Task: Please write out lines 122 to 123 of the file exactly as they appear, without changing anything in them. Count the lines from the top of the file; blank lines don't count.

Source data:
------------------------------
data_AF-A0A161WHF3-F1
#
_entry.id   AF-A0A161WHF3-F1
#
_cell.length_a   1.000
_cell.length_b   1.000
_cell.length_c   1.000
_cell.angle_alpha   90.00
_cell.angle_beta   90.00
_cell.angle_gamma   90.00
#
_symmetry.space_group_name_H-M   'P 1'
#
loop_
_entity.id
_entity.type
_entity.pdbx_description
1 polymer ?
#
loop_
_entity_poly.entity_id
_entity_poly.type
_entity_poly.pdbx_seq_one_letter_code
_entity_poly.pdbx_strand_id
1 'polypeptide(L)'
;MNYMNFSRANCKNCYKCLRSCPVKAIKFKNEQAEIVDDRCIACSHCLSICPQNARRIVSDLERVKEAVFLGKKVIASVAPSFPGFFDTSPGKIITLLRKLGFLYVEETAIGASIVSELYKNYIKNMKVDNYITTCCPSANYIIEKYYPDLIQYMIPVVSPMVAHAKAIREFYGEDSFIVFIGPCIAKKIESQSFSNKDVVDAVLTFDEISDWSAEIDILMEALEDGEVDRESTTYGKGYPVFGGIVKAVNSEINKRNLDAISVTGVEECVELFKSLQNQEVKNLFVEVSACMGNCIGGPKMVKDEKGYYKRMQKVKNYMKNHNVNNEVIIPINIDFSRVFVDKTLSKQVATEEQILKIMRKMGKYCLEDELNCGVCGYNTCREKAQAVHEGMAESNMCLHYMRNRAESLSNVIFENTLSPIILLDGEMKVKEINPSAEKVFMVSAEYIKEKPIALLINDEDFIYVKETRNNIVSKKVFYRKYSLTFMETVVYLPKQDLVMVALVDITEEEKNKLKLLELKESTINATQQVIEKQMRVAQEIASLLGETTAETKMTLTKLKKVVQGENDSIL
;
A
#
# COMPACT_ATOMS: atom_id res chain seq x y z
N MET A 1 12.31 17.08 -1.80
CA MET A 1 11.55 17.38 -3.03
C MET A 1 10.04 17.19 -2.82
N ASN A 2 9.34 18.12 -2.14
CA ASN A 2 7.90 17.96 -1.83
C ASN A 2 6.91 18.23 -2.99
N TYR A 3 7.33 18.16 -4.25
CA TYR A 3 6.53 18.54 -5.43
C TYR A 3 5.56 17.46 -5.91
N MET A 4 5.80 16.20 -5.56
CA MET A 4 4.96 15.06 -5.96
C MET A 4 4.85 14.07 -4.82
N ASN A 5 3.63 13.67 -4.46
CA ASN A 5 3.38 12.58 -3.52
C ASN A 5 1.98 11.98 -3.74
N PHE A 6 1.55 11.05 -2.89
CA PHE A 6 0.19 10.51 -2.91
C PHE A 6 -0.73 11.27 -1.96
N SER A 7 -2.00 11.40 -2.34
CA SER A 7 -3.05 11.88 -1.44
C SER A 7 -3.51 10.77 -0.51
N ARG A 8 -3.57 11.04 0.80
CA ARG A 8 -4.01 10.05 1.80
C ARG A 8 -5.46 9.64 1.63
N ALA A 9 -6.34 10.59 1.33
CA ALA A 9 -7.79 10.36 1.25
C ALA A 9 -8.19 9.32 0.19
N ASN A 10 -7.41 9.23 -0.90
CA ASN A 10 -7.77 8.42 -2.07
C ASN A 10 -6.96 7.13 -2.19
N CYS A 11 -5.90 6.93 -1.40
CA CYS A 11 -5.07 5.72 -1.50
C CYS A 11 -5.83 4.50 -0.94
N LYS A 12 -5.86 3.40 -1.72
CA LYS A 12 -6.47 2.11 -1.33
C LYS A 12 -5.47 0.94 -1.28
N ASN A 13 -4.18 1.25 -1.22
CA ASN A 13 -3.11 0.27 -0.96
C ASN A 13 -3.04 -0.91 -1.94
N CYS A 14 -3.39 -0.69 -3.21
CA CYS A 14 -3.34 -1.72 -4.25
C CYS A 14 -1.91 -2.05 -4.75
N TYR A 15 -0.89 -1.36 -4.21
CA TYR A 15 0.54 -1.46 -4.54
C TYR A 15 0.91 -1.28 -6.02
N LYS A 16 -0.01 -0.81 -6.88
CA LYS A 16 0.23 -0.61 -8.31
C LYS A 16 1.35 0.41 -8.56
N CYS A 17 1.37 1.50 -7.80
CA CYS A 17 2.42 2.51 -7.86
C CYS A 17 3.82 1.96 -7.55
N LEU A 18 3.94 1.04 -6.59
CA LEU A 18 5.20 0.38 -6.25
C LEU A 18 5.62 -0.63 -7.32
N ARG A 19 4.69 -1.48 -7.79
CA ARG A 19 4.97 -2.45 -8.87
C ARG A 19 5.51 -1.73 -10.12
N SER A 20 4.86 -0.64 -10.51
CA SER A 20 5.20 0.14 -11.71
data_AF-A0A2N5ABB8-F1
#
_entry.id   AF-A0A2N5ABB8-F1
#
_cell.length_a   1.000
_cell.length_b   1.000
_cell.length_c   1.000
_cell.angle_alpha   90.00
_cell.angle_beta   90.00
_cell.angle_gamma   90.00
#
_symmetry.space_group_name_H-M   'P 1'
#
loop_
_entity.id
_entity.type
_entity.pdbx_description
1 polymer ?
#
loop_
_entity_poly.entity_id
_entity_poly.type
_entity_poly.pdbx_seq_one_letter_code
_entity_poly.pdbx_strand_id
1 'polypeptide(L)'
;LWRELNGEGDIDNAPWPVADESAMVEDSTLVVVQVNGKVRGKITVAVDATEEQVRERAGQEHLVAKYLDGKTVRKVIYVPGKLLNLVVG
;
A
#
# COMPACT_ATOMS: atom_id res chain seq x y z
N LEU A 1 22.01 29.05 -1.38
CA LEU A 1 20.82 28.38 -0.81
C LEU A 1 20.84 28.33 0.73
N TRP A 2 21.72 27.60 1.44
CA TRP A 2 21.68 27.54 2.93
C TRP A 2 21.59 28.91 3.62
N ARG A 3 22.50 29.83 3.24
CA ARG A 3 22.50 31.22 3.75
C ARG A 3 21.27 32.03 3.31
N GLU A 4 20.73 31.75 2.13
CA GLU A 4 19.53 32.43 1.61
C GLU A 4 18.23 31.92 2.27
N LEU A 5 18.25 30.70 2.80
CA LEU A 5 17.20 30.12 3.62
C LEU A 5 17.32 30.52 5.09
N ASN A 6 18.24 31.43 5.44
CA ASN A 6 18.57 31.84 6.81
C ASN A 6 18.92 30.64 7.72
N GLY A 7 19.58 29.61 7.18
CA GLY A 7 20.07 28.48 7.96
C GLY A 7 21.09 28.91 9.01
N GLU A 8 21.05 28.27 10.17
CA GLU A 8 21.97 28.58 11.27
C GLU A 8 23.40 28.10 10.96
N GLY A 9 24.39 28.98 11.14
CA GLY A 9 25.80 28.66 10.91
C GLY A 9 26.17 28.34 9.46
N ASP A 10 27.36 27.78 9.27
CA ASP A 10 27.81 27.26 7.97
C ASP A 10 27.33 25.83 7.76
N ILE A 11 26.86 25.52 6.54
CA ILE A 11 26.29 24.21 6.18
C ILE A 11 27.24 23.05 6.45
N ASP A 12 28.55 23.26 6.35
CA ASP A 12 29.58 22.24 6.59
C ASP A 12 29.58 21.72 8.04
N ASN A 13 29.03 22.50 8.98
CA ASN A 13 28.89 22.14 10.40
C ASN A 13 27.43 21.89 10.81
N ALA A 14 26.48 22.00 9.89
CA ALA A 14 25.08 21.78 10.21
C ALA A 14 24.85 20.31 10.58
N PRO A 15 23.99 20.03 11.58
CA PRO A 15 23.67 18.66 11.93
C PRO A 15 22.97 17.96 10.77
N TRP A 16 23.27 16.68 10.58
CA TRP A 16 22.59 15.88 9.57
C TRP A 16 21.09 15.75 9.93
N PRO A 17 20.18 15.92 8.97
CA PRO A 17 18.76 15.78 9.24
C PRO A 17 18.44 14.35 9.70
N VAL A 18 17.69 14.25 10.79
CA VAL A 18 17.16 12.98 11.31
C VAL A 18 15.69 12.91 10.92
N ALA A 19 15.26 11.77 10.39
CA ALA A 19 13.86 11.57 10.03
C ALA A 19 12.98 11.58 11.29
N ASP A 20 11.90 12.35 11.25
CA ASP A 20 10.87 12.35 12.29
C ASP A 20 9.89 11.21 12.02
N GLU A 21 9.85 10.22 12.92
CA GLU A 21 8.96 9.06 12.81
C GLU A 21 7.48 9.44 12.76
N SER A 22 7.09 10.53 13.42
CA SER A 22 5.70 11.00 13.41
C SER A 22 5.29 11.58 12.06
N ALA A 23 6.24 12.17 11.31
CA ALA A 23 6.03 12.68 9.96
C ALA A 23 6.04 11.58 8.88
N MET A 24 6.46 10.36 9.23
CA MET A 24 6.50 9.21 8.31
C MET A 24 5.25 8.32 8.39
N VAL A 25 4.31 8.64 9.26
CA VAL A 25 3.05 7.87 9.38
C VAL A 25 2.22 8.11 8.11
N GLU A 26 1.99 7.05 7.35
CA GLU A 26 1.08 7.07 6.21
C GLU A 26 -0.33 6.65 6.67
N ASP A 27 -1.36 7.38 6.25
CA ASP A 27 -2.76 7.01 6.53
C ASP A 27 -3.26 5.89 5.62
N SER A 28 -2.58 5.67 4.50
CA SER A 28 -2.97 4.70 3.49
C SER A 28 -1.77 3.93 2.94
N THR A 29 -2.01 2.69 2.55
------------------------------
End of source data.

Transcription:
C LEU A 1 20.84 28.33 0.73
N TRP A 2 21.72 27.60 1.44